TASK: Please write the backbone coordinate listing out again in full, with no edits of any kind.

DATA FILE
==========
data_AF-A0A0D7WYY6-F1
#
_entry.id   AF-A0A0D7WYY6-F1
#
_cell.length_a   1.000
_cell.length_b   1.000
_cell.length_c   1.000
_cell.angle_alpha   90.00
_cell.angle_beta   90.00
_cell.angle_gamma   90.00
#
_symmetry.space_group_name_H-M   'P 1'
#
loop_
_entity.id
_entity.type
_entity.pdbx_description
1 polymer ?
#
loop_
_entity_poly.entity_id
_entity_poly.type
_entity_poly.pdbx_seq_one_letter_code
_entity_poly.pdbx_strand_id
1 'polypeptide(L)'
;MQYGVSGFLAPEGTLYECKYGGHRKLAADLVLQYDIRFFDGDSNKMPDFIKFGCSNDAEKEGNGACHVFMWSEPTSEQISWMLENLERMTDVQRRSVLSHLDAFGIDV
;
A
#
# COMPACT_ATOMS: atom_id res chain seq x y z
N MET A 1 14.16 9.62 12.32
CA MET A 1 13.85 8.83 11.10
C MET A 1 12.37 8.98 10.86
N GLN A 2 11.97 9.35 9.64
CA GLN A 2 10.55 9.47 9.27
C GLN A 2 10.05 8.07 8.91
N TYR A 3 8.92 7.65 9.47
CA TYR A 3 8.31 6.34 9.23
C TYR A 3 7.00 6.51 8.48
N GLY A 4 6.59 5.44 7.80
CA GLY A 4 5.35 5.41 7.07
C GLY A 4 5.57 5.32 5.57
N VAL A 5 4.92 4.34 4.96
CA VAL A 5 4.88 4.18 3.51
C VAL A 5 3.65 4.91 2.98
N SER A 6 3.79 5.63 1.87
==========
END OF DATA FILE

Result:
data_AF-A0A0D7WYY6-F1
#
_entry.id   AF-A0A0D7WYY6-F1
#
_cell.length_a   1.000
_cell.length_b   1.000
_cell.length_c   1.000
_cell.angle_alpha   90.00
_cell.angle_beta   90.00
_cell.angle_gamma   90.00
#
_symmetry.space_group_name_H-M   'P 1'
#
loop_
_entity.id
_entity.type
_entity.pdbx_description
1 polymer ?
#
loop_
_entity_poly.entity_id
_entity_poly.type
_entity_poly.pdbx_seq_one_letter_code
_entity_poly.pdbx_strand_id
1 'polypeptide(L)'
;MQYGVSGFLAPEGTLYECKYGGHRKLAADLVLQYDIRFFDGDSNKMPDFIKFGCSNDAEKEGNGACHVFMWSEPTSEQISWMLENLERMTDVQRRSVLSHLDAFGIDV
;
A
#
# COMPACT_ATOMS: atom_id res chain seq x y z
N MET A 1 14.16 9.62 12.32
CA MET A 1 13.85 8.83 11.10
C MET A 1 12.37 8.98 10.86
N GLN A 2 11.97 9.35 9.64
CA GLN A 2 10.55 9.47 9.27
C GLN A 2 10.05 8.07 8.91
N TYR A 3 8.92 7.65 9.47
CA TYR A 3 8.31 6.34 9.23
C TYR A 3 7.00 6.51 8.48
N GLY A 4 6.59 5.44 7.80
CA GLY A 4 5.35 5.41 7.07
C GLY A 4 5.57 5.32 5.57
N VAL A 5 4.92 4.34 4.96
CA VAL A 5 4.88 4.18 3.51
C VAL A 5 3.65 4.91 2.98
N SER A 6 3.79 5.63 1.87